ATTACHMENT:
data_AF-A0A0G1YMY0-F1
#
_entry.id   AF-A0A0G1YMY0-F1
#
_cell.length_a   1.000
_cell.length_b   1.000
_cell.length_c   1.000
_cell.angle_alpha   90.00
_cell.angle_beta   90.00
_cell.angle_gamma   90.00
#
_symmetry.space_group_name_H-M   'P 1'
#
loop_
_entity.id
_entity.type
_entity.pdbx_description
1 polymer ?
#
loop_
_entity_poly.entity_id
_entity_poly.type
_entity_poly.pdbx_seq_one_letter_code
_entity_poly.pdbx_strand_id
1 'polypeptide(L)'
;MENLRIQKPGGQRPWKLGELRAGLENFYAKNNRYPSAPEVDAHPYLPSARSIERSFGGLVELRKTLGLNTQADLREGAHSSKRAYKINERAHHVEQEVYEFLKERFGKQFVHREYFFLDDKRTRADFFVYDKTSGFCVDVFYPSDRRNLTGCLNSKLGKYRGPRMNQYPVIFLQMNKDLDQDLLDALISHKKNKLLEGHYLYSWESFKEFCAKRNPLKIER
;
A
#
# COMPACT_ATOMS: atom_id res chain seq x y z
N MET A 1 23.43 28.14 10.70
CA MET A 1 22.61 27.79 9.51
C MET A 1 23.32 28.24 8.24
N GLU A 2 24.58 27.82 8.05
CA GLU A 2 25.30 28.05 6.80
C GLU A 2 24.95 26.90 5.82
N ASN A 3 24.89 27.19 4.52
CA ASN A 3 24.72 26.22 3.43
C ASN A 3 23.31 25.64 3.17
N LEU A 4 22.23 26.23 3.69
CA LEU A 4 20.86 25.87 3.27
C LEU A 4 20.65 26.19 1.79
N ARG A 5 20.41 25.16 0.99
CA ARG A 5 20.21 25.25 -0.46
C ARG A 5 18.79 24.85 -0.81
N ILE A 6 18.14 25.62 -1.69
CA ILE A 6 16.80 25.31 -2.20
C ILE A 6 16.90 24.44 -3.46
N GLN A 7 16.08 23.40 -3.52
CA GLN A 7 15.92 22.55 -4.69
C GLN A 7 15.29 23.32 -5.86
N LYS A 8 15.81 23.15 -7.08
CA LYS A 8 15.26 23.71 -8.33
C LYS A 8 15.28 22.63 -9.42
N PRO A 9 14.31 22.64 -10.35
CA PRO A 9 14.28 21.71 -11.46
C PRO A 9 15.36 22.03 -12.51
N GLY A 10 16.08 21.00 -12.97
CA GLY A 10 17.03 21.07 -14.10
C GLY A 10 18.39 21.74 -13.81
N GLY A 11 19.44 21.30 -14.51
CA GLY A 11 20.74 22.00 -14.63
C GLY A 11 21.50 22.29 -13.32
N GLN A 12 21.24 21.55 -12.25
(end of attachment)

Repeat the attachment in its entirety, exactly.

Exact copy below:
data_AF-A0A0G1YMY0-F1
#
_entry.id   AF-A0A0G1YMY0-F1
#
_cell.length_a   1.000
_cell.length_b   1.000
_cell.length_c   1.000
_cell.angle_alpha   90.00
_cell.angle_beta   90.00
_cell.angle_gamma   90.00
#
_symmetry.space_group_name_H-M   'P 1'
#
loop_
_entity.id
_entity.type
_entity.pdbx_description
1 polymer ?
#
loop_
_entity_poly.entity_id
_entity_poly.type
_entity_poly.pdbx_seq_one_letter_code
_entity_poly.pdbx_strand_id
1 'polypeptide(L)'
;MENLRIQKPGGQRPWKLGELRAGLENFYAKNNRYPSAPEVDAHPYLPSARSIERSFGGLVELRKTLGLNTQADLREGAHSSKRAYKINERAHHVEQEVYEFLKERFGKQFVHREYFFLDDKRTRADFFVYDKTSGFCVDVFYPSDRRNLTGCLNSKLGKYRGPRMNQYPVIFLQMNKDLDQDLLDALISHKKNKLLEGHYLYSWESFKEFCAKRNPLKIER
;
A
#
# COMPACT_ATOMS: atom_id res chain seq x y z
N MET A 1 23.43 28.14 10.70
CA MET A 1 22.61 27.79 9.51
C MET A 1 23.32 28.24 8.24
N GLU A 2 24.58 27.82 8.05
CA GLU A 2 25.30 28.05 6.80
C GLU A 2 24.95 26.90 5.82
N ASN A 3 24.89 27.19 4.52
CA ASN A 3 24.72 26.22 3.43
C ASN A 3 23.31 25.64 3.17
N LEU A 4 22.23 26.23 3.69
CA LEU A 4 20.86 25.87 3.27
C LEU A 4 20.65 26.19 1.79
N ARG A 5 20.41 25.16 0.99
CA ARG A 5 20.21 25.25 -0.46
C ARG A 5 18.79 24.85 -0.81
N ILE A 6 18.14 25.62 -1.69
CA ILE A 6 16.80 25.31 -2.20
C ILE A 6 16.90 24.44 -3.46
N GLN A 7 16.08 23.40 -3.52
CA GLN A 7 15.92 22.55 -4.69
C GLN A 7 15.29 23.32 -5.86
N LYS A 8 15.81 23.15 -7.08
CA LYS A 8 15.26 23.71 -8.33
C LYS A 8 15.28 22.63 -9.42
N PRO A 9 14.31 22.64 -10.35
CA PRO A 9 14.28 21.71 -11.46
C PRO A 9 15.36 22.03 -12.51
N GLY A 10 16.08 21.00 -12.97
CA GLY A 10 17.03 21.07 -14.10
C GLY A 10 18.39 21.74 -13.81
N GLY A 11 19.44 21.30 -14.51
CA GLY A 11 20.74 22.00 -14.63
C GLY A 11 21.50 22.29 -13.32
N GLN A 12 21.24 21.55 -12.25